Part 2: Using Your Tax Refund on the Homestead & Garden

Part 2: 

Plant Your Garden! 

Now that your garden is primed and ready, it's time to start planting! But, where do you start? The seed aisle lined with rows and rows of seeds at your local garden center can be confusing. Not to mention the live plant section outside with herbs you never even knew existed! So how do you navigate all this plant awesomeness? We will break it down into the following: Perennials vs. Annuals & Seeds vs. Live Plants.

Perennials vs. Annuals: 

Once you figure out the difference between perennials and annuals, you'll be able to plan for the short term and the long term harvest! 

What are Annuals? Annuals are plants that only produce flowers/fruit/veggies for one cycle and then reseed again. The word Annual means yearly, so think about planting/seeding them every year. 

What are perennials? Perennial means to exist for a long time. So, these plants can last for years without you having to replant or reseed them each year. Planting perennials also means more bang for your buck! 

So which one should you choose? Well, if you want a well-rounded garden, you will have to do both. Frankly, if you have just a perennial garden, you will never enjoy homegrown tomatoes or summer squash. If you have just an annual garden, forget about the blueberries and the asparagus! As you can see, you want a little of both worlds. 

Remember in the previous blog post when we discussed where to plant your garden for the most sun? That is mostly for annual plants that flourish in 6-8 hrs of sunlight. There are Spring, Summer, and Fall crops, so don't fear; you are not wasting that space if that crosses your mind! 

You have to be more strategic when planting perennial plants, bushes, and trees. How big will it get? Lifespan? How much sun does it need? What time of year does it fruit or produce? What growing zone does it need? These are all things you need to know before buying & planting a perennial.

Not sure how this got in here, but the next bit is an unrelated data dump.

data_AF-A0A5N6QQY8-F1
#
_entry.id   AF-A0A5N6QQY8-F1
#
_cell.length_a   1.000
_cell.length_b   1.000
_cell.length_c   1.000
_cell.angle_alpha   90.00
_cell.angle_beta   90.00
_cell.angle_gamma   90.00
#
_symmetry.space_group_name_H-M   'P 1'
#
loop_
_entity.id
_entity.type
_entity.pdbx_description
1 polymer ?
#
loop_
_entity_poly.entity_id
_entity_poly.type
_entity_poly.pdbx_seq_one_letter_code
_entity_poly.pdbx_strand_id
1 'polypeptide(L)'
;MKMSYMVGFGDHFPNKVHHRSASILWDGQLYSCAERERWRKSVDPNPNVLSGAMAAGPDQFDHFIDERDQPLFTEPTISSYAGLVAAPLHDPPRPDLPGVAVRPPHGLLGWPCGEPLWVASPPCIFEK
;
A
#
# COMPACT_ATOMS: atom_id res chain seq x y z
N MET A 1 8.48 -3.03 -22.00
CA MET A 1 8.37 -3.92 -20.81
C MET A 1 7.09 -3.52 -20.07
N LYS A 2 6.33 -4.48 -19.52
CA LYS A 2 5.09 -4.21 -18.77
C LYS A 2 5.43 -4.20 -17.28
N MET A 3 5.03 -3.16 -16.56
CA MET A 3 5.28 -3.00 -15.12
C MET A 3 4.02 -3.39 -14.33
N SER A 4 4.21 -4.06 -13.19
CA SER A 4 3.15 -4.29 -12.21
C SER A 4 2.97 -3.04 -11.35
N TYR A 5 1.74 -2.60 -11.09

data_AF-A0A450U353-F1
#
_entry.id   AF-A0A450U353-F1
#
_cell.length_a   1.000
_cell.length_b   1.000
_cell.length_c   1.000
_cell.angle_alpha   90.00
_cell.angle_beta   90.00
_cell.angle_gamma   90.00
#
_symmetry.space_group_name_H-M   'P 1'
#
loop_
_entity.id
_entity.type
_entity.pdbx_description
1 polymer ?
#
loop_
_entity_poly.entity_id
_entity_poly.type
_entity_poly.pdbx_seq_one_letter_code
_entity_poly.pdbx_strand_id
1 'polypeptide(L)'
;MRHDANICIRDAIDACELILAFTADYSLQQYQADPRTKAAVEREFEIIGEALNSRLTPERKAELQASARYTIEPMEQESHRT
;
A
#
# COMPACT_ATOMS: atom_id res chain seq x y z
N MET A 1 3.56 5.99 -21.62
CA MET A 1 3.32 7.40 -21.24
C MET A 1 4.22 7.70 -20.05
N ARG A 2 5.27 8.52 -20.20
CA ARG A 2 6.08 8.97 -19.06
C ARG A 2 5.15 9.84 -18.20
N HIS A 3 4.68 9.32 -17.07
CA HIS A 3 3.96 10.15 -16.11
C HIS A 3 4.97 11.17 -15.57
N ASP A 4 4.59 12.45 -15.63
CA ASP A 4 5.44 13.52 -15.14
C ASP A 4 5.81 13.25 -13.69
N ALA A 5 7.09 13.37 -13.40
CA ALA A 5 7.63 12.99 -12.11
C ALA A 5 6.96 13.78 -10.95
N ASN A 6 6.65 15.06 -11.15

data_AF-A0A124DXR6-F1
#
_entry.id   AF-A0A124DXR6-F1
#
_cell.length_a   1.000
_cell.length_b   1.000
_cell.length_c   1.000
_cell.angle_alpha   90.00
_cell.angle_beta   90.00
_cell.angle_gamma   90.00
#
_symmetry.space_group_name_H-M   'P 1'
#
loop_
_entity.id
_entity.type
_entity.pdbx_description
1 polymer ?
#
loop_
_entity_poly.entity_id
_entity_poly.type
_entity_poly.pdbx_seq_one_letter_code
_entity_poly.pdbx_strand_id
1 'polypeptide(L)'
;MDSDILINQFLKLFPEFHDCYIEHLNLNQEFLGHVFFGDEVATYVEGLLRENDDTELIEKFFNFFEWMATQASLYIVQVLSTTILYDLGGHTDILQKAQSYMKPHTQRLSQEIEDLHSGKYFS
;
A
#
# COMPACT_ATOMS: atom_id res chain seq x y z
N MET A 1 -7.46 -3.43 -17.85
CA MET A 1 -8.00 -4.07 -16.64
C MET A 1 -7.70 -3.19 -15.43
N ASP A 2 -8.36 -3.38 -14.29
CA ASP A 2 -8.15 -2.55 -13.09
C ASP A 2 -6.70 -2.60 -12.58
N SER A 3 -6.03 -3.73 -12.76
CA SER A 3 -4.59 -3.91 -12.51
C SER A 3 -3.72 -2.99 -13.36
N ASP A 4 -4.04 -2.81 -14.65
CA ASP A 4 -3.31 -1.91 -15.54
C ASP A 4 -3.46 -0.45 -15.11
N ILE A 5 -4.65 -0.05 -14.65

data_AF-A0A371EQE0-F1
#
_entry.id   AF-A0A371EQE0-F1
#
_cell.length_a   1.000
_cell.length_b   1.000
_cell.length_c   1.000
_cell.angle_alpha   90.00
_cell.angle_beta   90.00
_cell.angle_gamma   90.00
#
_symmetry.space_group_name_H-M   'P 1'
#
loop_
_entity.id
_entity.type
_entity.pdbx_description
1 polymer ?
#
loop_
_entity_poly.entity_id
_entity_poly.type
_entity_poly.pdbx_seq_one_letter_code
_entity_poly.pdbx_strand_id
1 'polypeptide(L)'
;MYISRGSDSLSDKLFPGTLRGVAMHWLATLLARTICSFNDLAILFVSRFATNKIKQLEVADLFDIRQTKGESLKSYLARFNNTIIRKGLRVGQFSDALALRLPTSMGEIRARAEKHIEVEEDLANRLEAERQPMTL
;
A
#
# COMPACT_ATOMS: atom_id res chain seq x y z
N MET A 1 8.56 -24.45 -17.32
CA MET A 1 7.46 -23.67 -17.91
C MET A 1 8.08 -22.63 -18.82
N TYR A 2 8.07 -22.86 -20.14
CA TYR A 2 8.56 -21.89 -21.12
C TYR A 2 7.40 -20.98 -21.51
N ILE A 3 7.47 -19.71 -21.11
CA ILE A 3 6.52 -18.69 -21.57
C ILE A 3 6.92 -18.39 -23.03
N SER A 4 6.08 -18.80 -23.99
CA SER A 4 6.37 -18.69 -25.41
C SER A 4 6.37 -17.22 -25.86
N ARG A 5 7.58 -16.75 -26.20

Make a list of the veggies & fruits you love to eat. Now research them! You will find which ones will and will not work for you. Here are some examples of how plants might not work: I live in zone 7B; if I plant a banana tree in my yard, it will grow but never produce bananas because temperatures do not get warm enough. I can plant blueberries and have successful crops. If I have a small backyard, I don't want to grow pumpkins because they create a sprawling vine that will take over my growing space. But I can summer squash that bunches and mounds, taking up less space. 

Now that you have your list of fruit & veggies you can grow, it's time to choose whether you will grow them from seed or plants? 


Seeds vs. Live Plants: 

There are pros and cons to both. So let's go through them.


Yes, seeds are overall cheaper than already half-grown plants or seedlings, but what about the hidden cost you didn't think of? 

If you plan on starting from seed, here is what you will need: seeds, seedling mixture (premixed or compost, peat moss, and garden soil), trays to place soil and seeds in, and more than likely a grow light or a greenhouse type place to hold all those trays. So that one thing just became 4-5 things you'll have to purchase. Yes, there are several seeds you can place straight into the ground, but you will have to wait till it is the right temperature and conditions, which will limit your growing season. So keep this in mind. 

Some plants that do well with direct sowing are sweet peas, beans, carrots, and lettuce. You can also start some seedlings inside your home on a windowsill if you're not ready for a greenhouse. (Remember, this blog series is about using your tax refund wisely, so don't just buy a greenhouse just for the sake of having one.) 

I do not suggest you buy carrots, lettuces, and celery as a live plant. Why? You are pretty much buying the same thing you could find in the produce aisle; it is just still in the dirt. They are easier to grow and more productive if you plant seeds in the soil. With that, let's get to live plants! 

Live plants: 

Some things are a must as a live plant! You will want to get most of your fruit trees and bushes already established at your local nursery. If you attempt to plant them from seed, you will be waiting a while before you seed the fruit of your labor. Ha, I hope you got that! 

After you get some gardening under your belt, you learn which veggies and fruits you had rather buy as plants. I have to say that I purchase most of my fruits as plants because I want to see a harvest sooner. I also bought my rhubarb as already established plants because I wanted to get a crop sooner. Herbs are one of those plant families that I'm a hit or miss when planting from seed. So usually, I'll seed some and buy some as plants just in case. 

If you would like some more plant vs. seed tips, go check out this video: 



Happy planning - Kara